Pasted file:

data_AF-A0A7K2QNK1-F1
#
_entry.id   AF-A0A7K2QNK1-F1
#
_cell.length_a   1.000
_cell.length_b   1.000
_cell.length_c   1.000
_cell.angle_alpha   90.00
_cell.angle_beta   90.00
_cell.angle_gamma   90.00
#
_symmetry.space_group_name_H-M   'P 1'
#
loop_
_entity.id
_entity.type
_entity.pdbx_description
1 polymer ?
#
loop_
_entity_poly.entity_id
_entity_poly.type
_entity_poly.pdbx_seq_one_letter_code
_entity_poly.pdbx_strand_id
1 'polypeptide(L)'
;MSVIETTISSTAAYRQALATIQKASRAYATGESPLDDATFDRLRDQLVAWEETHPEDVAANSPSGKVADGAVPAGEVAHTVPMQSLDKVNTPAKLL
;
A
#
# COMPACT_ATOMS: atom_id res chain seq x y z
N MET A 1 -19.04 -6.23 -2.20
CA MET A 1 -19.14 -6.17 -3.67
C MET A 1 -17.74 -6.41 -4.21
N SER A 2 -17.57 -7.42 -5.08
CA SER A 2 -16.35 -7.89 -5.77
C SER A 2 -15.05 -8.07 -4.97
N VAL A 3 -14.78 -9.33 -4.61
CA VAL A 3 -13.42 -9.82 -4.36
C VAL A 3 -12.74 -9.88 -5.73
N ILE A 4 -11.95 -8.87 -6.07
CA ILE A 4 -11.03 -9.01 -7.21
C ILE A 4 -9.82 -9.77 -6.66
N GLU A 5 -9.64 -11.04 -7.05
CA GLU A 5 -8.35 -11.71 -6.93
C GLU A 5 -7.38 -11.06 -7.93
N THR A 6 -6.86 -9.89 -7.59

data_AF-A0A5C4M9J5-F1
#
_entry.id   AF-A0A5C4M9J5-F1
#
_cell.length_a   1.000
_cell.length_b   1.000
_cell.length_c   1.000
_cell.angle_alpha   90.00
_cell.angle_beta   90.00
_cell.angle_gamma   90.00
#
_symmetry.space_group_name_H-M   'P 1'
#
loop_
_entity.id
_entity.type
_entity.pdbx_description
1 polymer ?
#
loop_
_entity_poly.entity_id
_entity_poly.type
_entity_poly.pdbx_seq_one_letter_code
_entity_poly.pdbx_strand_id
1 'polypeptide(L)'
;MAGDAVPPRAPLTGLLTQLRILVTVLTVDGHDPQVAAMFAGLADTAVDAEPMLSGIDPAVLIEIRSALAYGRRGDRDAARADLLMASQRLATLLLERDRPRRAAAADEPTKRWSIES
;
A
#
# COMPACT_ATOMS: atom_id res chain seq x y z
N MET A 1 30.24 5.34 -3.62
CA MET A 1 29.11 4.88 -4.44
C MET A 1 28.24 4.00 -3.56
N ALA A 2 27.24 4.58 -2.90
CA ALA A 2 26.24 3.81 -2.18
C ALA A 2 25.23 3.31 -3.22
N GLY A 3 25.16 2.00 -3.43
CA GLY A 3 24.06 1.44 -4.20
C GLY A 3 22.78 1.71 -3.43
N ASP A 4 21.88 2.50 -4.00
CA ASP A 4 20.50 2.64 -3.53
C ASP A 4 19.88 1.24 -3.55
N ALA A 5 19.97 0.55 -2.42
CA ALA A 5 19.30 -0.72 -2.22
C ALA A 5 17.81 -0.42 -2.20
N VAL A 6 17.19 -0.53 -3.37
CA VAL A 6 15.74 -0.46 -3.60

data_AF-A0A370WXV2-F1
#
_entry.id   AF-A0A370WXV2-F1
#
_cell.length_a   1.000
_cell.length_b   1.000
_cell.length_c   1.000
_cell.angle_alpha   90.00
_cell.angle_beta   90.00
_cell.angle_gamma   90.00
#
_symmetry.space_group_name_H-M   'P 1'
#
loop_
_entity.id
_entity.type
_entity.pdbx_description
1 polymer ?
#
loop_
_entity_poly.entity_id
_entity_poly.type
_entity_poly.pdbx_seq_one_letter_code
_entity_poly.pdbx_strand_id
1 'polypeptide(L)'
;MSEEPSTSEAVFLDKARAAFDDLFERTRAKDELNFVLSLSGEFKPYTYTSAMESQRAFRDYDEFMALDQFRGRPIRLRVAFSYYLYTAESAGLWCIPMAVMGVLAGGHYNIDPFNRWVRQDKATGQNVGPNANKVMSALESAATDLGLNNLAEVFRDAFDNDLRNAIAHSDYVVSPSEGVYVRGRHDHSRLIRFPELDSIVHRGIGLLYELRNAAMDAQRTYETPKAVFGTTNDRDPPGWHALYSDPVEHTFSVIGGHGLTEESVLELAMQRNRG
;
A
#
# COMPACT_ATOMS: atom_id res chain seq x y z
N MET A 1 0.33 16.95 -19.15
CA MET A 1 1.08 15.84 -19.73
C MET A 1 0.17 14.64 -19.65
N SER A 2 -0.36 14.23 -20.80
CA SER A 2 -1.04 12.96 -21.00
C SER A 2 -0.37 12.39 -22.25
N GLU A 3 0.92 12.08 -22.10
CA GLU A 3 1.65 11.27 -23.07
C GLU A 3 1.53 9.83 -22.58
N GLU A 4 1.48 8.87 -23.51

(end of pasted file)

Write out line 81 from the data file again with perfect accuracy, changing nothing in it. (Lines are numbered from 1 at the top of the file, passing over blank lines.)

CA ALA A 2 26.24 3.81 -2.18